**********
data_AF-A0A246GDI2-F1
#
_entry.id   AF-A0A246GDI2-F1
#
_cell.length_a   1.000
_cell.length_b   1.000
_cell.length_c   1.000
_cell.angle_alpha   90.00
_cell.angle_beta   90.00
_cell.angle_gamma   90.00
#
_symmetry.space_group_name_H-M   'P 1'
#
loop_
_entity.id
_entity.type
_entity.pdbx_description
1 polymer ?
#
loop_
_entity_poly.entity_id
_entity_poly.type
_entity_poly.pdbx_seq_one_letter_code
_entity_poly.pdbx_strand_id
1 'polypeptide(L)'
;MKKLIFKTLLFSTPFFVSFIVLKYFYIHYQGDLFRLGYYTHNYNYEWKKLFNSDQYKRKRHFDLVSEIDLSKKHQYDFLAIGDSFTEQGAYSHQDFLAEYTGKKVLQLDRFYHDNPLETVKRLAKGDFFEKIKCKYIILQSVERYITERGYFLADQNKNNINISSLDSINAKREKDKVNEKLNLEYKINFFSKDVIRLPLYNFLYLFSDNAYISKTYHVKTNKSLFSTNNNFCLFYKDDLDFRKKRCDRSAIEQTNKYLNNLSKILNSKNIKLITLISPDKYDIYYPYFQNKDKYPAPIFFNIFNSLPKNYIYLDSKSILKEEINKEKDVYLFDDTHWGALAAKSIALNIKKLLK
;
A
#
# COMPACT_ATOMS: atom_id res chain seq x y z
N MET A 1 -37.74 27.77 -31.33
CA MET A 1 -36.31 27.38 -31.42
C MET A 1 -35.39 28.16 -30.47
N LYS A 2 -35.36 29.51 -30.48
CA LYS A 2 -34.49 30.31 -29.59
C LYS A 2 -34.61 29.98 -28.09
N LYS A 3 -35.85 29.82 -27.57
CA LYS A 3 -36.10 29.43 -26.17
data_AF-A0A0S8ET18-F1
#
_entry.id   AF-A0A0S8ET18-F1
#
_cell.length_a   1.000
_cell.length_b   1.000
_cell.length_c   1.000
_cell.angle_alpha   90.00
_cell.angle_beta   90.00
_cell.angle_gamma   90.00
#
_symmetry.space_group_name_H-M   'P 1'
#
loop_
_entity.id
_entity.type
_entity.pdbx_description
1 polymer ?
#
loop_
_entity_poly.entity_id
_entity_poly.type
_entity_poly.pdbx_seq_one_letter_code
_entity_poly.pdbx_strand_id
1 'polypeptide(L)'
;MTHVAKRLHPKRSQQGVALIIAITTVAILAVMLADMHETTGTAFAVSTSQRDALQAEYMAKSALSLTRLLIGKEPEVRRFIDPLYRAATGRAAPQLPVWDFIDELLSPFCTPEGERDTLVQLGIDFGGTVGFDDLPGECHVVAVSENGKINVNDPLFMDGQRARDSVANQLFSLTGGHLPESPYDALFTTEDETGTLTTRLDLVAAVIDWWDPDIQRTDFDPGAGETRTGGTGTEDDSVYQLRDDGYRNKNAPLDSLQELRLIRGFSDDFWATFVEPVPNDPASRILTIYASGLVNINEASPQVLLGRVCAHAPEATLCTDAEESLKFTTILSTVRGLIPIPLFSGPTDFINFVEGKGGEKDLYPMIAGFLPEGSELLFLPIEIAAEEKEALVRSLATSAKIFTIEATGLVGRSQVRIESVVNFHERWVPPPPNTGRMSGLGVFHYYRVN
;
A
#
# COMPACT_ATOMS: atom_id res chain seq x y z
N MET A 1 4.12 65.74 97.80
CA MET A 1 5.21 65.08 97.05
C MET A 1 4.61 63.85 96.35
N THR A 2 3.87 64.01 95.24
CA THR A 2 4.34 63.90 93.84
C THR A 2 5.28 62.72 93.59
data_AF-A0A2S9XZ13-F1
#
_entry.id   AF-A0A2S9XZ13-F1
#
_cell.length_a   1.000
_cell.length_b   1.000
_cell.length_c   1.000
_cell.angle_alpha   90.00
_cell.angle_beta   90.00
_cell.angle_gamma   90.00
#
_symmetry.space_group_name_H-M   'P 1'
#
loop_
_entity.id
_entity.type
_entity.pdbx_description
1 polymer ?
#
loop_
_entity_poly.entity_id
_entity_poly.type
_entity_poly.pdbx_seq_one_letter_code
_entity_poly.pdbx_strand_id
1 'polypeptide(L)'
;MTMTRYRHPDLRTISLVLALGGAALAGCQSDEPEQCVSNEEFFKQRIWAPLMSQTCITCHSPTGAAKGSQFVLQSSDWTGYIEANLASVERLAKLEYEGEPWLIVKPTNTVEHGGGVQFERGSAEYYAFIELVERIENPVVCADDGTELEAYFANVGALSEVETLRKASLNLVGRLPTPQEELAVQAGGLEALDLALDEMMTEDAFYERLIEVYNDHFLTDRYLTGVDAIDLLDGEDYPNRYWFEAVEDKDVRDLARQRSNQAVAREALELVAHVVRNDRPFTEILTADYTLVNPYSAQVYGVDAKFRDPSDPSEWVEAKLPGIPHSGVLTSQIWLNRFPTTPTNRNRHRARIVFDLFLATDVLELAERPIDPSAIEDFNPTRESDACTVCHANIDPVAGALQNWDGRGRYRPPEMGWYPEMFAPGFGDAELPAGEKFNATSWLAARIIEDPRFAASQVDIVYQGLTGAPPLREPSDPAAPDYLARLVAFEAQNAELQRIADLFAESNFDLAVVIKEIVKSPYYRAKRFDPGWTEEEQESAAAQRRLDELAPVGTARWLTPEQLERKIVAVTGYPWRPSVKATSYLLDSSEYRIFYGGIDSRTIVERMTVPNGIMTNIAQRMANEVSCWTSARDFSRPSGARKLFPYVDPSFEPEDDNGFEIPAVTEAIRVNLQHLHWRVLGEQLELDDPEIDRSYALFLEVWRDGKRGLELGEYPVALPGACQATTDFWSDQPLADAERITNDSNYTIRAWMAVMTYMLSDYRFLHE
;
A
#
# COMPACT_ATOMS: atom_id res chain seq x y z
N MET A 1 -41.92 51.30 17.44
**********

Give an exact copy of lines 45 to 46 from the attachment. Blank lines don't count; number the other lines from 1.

_cell.length_c   1.000
_cell.angle_alpha   90.00